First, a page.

February 12, 2010 3:16:48 am
Political developments in Sri Lanka are not following the script that Sri Lankans and their nations well-wishers would have liked them to. But was there such a script to follow in the first place? The prelude to the presidential election last month had been violent,constantly intimating of violence,and filled with very vocal,visible animus notwithstanding the promises and half-promises made towards reconciliation and resolution. Beyond a shadow of doubt now,the end to the island nations 26-year-long civil war has not ushered in the end of conflict and division. If anything,while Sri Lankas original ethnic fissures remain intact (and threaten to widen with every day wasted),the war-ravaged state seems to be on the brink of a new political fracture. The clash between government supporters and opposition activists on the streets of Colombo,following defeated presidential candidate Sarath Fonsekas arrest,is only the most visible face of the tension that had been building up ever since troops surrounded Fonsekas hotel in the immediate aftermath of the poll. Its a tension that has intensified and,without drastic damage control,looks to plunge the country into political chaos.
Fonseka has been accused of leaking military information to opposition politicians while still army commander,of plotting to assassinate the president and conduct a coup. The government intends to court martial him; and Fonseka has been warned against talking to international bodies on war crimes during the war against the LTTE. Things would not have come to such a pass without political miscalculation and recklessness on both sides. While Fonsekas elevation to the common candidate of a united opposition had seemed too sudden and somewhat enigmatic,the government appears to have given the reins to its authoritarian instincts,detaining many who worked for Fonsekas campaign,clamping down on the media and increasingly intolerant of those who do not agree with it. Moreover,President Rajapaksa has dissolved parliament,to which elections must now be held by April.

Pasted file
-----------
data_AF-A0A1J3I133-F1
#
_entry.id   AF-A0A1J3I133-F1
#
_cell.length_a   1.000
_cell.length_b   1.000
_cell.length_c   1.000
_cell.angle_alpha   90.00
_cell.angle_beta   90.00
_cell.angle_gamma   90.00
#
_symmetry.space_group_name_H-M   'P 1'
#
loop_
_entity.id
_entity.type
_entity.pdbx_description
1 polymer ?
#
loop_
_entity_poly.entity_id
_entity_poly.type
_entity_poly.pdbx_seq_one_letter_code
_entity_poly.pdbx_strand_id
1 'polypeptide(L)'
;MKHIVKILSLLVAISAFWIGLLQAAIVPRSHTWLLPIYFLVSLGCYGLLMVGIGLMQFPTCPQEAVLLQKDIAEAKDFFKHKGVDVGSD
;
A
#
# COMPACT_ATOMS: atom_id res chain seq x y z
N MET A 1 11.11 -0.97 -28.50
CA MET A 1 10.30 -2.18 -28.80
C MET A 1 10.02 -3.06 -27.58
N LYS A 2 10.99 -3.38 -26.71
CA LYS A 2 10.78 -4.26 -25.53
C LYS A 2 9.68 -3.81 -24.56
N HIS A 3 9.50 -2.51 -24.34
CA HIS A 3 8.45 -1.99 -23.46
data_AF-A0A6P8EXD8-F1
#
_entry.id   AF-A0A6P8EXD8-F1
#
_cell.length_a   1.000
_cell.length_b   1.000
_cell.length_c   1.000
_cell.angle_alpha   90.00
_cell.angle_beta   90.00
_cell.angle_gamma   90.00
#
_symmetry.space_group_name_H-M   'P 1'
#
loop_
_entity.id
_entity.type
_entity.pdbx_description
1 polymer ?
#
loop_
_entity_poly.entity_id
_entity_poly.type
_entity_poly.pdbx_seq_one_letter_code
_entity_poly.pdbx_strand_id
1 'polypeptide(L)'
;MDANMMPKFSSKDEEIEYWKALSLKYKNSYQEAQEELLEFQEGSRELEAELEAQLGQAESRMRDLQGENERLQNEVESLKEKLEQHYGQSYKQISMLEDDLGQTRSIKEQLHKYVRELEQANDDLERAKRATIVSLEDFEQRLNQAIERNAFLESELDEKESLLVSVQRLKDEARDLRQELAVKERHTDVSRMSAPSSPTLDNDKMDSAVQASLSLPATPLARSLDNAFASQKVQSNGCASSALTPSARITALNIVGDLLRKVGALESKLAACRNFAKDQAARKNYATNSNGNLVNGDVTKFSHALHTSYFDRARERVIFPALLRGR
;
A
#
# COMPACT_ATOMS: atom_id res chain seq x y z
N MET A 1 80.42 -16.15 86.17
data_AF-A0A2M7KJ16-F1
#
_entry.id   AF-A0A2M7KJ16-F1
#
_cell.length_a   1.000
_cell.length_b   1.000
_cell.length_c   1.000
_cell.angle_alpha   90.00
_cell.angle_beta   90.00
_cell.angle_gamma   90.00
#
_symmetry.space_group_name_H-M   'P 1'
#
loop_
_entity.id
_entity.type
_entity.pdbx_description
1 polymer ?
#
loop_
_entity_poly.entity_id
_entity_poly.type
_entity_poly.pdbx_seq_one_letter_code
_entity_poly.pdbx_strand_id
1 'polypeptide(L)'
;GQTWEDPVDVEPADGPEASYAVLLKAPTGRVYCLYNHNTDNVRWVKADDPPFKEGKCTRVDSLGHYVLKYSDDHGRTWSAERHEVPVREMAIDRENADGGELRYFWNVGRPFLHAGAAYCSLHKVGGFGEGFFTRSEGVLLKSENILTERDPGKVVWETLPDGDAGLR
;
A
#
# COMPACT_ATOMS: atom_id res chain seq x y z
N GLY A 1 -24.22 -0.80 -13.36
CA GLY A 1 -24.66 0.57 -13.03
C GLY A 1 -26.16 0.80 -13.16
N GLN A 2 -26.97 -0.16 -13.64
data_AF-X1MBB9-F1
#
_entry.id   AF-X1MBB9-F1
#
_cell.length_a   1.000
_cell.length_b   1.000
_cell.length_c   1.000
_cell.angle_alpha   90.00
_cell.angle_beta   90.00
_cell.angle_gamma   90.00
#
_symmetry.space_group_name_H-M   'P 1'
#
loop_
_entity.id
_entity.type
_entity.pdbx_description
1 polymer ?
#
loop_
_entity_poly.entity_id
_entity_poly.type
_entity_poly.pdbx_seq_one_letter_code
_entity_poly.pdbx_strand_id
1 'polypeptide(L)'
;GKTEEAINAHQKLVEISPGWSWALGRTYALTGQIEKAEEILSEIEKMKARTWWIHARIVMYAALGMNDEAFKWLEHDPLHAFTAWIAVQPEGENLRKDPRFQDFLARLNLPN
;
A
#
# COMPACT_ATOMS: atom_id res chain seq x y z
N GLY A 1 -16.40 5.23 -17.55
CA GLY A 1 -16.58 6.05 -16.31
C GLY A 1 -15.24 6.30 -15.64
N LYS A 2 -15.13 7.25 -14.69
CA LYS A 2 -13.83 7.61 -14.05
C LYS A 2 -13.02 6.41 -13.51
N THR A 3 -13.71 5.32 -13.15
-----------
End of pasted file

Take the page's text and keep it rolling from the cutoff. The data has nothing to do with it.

While India cannot take sides in Sri Lankas domestic political battles,it has to closely watch how those unfold and guide Colombo along a constructive path. This crisis is not going to make things easier for inclusive democracy in Sri Lanka,nor will it soothe matters between Colombo and the world. The economy is in bad shape. There are thousands displaced and destitute in the war-torn region awaiting deliverance. The Tamil minority awaits a political settlement. A Sri Lanka possibly,and violently,repolarised again,around Rajapaksa and Fonseka,will still fail its people. And the longer it fails,the farther recedes the post-war peace.
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